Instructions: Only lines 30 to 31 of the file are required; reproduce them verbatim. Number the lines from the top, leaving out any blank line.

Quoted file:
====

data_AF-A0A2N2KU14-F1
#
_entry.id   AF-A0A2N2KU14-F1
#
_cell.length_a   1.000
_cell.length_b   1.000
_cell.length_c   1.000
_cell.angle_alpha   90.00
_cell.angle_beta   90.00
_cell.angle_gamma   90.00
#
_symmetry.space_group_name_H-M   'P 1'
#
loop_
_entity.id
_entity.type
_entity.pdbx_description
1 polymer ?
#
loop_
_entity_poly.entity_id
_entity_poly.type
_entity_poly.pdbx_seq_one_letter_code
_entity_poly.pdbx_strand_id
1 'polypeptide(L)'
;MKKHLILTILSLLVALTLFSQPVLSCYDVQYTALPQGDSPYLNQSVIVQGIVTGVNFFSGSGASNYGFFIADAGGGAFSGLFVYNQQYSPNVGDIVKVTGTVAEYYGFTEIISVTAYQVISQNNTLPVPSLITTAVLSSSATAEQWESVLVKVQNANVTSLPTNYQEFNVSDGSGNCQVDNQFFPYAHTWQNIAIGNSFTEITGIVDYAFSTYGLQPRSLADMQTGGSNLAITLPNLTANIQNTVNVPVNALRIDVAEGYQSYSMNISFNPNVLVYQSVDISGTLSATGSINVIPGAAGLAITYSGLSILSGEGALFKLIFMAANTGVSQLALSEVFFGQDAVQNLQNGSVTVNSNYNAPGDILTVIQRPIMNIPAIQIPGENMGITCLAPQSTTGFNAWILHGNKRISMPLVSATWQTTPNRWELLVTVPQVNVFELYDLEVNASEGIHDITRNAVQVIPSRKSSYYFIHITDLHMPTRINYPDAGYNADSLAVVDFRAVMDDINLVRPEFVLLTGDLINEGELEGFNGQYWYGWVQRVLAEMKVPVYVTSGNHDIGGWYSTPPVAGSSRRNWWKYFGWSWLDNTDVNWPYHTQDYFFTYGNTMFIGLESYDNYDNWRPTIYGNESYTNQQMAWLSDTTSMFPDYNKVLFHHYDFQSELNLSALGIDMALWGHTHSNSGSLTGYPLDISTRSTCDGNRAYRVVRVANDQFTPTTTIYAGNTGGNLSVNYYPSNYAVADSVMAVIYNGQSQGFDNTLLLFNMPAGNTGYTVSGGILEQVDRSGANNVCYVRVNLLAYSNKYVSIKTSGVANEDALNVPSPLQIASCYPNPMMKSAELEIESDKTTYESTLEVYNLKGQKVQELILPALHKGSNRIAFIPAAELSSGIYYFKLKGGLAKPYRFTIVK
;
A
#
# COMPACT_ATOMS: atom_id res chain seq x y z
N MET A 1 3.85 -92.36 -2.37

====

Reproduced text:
# COMPACT_ATOMS: atom_id res chain seq x y z
N MET A 1 3.85 -92.36 -2.37